This week, I have been working on importing, reading, and translating of the various digital map layers
I wanted to give Christina a short sample of the music. It isn’t the final, but it captures the general structure that Christina and I have been chatting about; tone, volume, and rhythm.
The stream flow data (previous pos) was imported into R an then converted to map coordinates. Those coordinates are then used to identify specific pixels on each of the other datasets (spectral, elevation). The value of those pixels are then translated to tone (MODIS), volume (Night Lights), and rhythm (DEM). The translated value is dervied by finding the value of each pixel in a separate look-up-table (LUT) and replaced with that value. I can manipulate the LUT to change each of the musical attributes.
However, before that information gets passed along to LilyPond, the translated notes need to written in the language that LilyPond can understand.
Here is a segment of that computer code that outputs a .ly file that can be read in LilyPond.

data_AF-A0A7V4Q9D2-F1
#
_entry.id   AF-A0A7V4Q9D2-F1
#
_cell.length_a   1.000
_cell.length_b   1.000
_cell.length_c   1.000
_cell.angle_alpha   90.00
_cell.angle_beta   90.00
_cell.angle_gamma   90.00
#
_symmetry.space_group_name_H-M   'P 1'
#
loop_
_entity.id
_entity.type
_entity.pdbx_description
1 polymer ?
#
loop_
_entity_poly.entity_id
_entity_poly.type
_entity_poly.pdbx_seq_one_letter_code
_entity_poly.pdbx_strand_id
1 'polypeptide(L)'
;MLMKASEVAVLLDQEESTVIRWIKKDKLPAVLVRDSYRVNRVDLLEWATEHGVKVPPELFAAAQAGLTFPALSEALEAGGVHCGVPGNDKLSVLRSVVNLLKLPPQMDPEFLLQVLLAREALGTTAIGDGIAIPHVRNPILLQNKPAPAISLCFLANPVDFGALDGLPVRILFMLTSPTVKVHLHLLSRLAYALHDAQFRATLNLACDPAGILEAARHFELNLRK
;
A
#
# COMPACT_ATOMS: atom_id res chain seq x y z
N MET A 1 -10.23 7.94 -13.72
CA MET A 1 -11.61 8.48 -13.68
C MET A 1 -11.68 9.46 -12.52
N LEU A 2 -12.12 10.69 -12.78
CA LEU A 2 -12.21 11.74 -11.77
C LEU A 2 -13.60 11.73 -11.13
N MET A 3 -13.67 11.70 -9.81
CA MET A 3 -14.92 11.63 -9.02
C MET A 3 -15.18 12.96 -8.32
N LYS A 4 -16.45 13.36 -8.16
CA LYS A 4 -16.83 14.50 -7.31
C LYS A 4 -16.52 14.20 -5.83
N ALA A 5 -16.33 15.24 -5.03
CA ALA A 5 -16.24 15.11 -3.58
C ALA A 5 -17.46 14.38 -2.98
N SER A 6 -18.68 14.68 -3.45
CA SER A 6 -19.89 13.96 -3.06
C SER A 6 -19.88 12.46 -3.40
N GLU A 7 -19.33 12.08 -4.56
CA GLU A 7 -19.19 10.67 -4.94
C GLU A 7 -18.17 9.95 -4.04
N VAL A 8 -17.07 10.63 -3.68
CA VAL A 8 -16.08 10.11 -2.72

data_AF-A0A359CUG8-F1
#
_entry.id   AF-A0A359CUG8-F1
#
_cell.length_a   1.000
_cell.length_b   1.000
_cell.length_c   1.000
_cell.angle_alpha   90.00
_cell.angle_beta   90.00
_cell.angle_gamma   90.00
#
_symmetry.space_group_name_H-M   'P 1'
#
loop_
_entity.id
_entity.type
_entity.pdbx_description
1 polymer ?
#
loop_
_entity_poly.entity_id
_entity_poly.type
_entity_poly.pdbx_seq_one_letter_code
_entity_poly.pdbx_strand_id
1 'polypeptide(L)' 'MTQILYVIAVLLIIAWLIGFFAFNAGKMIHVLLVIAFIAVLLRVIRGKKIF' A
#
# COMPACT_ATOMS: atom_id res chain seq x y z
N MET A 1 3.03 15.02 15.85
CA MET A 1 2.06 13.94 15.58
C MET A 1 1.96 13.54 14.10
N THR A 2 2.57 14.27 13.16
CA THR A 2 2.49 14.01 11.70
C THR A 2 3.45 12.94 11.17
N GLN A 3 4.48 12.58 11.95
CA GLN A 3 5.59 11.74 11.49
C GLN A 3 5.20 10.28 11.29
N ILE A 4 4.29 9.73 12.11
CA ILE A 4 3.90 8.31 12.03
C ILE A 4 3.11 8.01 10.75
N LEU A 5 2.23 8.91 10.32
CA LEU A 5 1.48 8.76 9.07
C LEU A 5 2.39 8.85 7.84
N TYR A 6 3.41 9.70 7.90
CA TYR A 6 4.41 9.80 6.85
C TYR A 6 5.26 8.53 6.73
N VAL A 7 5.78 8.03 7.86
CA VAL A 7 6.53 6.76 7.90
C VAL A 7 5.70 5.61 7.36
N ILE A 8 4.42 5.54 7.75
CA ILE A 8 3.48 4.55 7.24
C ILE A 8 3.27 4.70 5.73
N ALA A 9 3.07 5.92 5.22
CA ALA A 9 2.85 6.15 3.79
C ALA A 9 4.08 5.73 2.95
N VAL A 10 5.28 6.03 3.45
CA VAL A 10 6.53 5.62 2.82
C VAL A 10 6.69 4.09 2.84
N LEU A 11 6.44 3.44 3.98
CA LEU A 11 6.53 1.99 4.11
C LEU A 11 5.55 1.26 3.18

First, I identify the file and where to save it. Next all of the translated data gets concatenated for each line.
So for example, if I had pixel values for each of the map layers...
MODISnir = 40
DEM slope = 100
Night Light = 5
I would end up playing a middle “C” quarter note played at mezzo piano. To play this in LilyPond, the text would read, C4\mp . Combining all of the values that were translated from digital map data the program can write sheet music and export to midi. Here you can see an example of the sheet music. I still have some bugs to fix in separate the individual measures out. LilyPond was made so that you could hand type your music, not automatically translate data. So I still need to have a feedback that checks the time signature with the amount of notes played.
However, that does not interfere with the actual sound file.
Here is a short draft sample of music translated over the Susquehanna. For the sample, I reduced the length of the entire song, by skipping over a few pixels for each note. The next steps will be to revise and clean up the code and the LUTs.
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David Lagomasino is an award-winning research scientist in Biospheric Sciences at the NASA Goddard Space Flight Center in Maryland, and co-founder of EcoOrchestra.
Christina Catanese is a New Jersey-based environmental scientist, modern dancer, and director of Environmental Art at Schuylkill Center for Environmental Education.